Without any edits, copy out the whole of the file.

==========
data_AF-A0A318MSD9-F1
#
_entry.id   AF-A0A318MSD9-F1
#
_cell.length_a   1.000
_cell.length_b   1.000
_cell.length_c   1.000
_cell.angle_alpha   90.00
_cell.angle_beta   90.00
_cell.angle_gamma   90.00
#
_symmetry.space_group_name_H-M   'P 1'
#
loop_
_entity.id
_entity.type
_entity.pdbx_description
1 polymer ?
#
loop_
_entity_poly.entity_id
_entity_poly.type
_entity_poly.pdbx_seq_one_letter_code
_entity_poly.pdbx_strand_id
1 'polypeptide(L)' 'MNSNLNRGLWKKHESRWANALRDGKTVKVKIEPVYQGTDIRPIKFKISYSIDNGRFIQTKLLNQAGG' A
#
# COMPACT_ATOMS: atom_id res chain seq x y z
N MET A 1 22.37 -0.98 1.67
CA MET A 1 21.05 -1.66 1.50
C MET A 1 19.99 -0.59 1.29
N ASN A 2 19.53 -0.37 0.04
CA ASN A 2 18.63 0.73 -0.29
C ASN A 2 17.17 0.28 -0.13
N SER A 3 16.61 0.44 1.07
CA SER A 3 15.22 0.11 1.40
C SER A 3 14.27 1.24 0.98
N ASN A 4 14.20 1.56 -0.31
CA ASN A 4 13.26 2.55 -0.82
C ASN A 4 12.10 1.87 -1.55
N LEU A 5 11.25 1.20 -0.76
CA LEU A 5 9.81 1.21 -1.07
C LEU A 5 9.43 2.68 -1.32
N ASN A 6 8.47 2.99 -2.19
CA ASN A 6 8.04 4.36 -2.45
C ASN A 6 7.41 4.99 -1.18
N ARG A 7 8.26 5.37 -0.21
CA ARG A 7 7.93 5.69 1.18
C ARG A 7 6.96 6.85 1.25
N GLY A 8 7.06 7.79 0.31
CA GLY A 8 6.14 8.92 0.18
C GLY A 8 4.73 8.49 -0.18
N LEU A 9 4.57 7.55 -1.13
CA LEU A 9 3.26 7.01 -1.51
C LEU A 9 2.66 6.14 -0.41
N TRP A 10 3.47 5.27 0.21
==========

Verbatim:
data_AF-A0A318MSD9-F1
#
_entry.id   AF-A0A318MSD9-F1
#
_cell.length_a   1.000
_cell.length_b   1.000
_cell.length_c   1.000
_cell.angle_alpha   90.00
_cell.angle_beta   90.00
_cell.angle_gamma   90.00
#
_symmetry.space_group_name_H-M   'P 1'
#
loop_
_entity.id
_entity.type
_entity.pdbx_description
1 polymer ?
#
loop_
_entity_poly.entity_id
_entity_poly.type
_entity_poly.pdbx_seq_one_letter_code
_entity_poly.pdbx_strand_id
1 'polypeptide(L)' 'MNSNLNRGLWKKHESRWANALRDGKTVKVKIEPVYQGTDIRPIKFKISYSIDNGRFIQTKLLNQAGG' A
#
# COMPACT_ATOMS: atom_id res chain seq x y z
N MET A 1 22.37 -0.98 1.67
CA MET A 1 21.05 -1.66 1.50
C MET A 1 19.99 -0.59 1.29
N ASN A 2 19.53 -0.37 0.04
CA ASN A 2 18.63 0.73 -0.29
C ASN A 2 17.17 0.28 -0.13
N SER A 3 16.61 0.44 1.07
CA SER A 3 15.22 0.11 1.40
C SER A 3 14.27 1.24 0.98
N ASN A 4 14.20 1.56 -0.31
CA ASN A 4 13.26 2.55 -0.82
C ASN A 4 12.10 1.87 -1.55
N LEU A 5 11.25 1.20 -0.76
CA LEU A 5 9.81 1.21 -1.07
C LEU A 5 9.43 2.68 -1.32
N ASN A 6 8.47 2.99 -2.19
CA ASN A 6 8.04 4.36 -2.45
C ASN A 6 7.41 4.99 -1.18
N ARG A 7 8.26 5.37 -0.21
CA ARG A 7 7.93 5.69 1.18
C ARG A 7 6.96 6.85 1.25
N GLY A 8 7.06 7.79 0.31
CA GLY A 8 6.14 8.92 0.18
C GLY A 8 4.73 8.49 -0.18
N LEU A 9 4.57 7.55 -1.13
CA LEU A 9 3.26 7.01 -1.51
C LEU A 9 2.66 6.14 -0.41
N TRP A 10 3.47 5.27 0.21